Jackie Chan makes his mark in Hollywood, again
Actor leaves imprints at the Chinese Theatre to replace the ones that have been misplaced.
Film star Jackie Chan on Thursday became the first person to twice leave the imprints of his hands and feet in cement at Hollywood's famed Chinese Theatre.
Chan, who has starred in some 150 films in a career spanning more than 40 years, first left imprints in the courtyard of the cinema in 1997, adding to a collection that features screen legends such as Clark Gable and Marilyn Monroe.
But over the years, as ownership of the theatre changed hands and slabs moved around to make room for new entries, the slab with Chan's prints was lost.
Representatives at the newly named TCL Chinese Theatre confirmed that Chan was the first two-time inductee. They said they did not know when the prints vanished, but were sure that the slab was not stolen.
It also proved that - at least in Hollywood - Chan, 59, had been forgiven after sparking controversy by branding America the world's "most corrupt" country in a TV interview in January.
Chan, who was born in Hong Kong, said China had been bullied by international powers for a long time and only began making progress in recent years.
He went on to say America is "the most corrupt [country] in the world" - not China.
"Where does this great breakdown [of corruption] come from? It started exactly from the [rest of the] world, the United States ... If our own countrymen don't support our country, who will?" Chan said.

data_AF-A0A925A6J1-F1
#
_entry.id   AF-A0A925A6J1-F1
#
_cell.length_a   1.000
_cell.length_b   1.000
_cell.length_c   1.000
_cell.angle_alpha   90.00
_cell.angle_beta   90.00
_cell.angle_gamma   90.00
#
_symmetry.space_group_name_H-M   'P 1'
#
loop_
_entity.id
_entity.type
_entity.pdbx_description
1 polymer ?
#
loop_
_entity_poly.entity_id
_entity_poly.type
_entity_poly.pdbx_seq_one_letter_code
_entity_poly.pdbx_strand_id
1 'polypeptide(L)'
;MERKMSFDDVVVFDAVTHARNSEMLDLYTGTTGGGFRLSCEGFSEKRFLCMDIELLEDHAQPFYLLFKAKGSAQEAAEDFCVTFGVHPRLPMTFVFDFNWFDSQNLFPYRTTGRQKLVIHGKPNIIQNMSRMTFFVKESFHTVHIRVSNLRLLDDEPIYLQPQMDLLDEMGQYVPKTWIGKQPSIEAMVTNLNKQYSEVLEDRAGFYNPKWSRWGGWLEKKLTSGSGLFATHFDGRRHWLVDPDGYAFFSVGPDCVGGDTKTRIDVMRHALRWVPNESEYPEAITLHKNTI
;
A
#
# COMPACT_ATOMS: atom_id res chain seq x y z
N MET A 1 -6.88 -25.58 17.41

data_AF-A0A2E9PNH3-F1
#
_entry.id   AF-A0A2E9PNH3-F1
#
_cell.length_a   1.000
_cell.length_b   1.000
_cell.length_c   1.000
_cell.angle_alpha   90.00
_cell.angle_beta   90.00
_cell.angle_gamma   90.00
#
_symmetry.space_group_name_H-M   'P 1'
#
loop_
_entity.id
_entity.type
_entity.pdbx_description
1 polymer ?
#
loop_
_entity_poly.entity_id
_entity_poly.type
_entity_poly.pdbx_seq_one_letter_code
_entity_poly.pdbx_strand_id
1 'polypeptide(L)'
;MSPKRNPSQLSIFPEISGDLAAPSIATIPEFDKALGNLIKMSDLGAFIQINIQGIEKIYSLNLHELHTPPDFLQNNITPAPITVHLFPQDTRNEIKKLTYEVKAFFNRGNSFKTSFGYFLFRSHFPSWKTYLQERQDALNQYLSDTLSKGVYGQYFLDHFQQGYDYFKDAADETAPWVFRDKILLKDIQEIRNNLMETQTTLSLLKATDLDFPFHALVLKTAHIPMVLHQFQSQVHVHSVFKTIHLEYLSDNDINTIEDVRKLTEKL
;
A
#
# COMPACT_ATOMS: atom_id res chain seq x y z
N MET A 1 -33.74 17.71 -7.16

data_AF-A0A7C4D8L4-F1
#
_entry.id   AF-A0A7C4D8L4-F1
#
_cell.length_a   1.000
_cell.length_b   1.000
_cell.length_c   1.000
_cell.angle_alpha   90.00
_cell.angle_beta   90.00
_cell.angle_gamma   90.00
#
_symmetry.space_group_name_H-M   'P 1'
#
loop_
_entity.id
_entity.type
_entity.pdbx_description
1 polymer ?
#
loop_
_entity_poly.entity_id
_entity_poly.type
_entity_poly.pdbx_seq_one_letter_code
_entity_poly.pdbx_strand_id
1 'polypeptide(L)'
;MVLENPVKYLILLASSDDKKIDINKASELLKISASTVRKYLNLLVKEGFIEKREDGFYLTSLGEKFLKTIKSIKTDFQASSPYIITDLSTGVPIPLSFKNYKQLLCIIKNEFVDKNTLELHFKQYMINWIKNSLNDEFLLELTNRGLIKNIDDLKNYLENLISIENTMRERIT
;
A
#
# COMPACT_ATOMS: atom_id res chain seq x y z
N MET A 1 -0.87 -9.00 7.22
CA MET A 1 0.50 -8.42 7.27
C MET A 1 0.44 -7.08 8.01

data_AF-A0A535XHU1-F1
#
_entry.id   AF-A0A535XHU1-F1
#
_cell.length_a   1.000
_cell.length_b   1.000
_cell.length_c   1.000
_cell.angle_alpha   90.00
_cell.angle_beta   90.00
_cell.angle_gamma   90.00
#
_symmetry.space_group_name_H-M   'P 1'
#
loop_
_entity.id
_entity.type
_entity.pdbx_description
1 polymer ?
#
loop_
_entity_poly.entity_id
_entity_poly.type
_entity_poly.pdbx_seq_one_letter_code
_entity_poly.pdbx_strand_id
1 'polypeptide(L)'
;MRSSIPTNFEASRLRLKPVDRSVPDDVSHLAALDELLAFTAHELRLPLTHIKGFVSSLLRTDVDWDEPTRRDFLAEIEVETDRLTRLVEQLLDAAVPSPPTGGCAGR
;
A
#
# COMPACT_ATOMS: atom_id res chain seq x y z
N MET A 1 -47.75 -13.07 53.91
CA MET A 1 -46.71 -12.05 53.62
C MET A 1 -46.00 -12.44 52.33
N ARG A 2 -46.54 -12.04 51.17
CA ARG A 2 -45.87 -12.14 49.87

His comments were slammed by The Washington Post's foreign affairs blogger Max Fisher as "anti-American" and a reflection of China's insecurity about itself.
Chan left imprints of his hands, feet and nose in cement, accompanied by his Rush Hour co-star Chris Tucker and The Karate Kid co-star Jaden Smith.
Chan told a crowd gathered for the occasion how he had dreamed of leaving his mark at the cinema long before 1997.
"My first time in the Chinese Theatre, I walked on the red carpet ... and I saw that there were so many stars doing interviews.
"At that time, I had nothing to do, standing there looking around. All those years, I dreamed. Slowly, slowly, I got there," he said.
Last month at the Cannes film festival, Chan told Reuters that after countless broken bones and smashed teeth, he was giving up doing his own stunts but wanted to continue acting across different genres.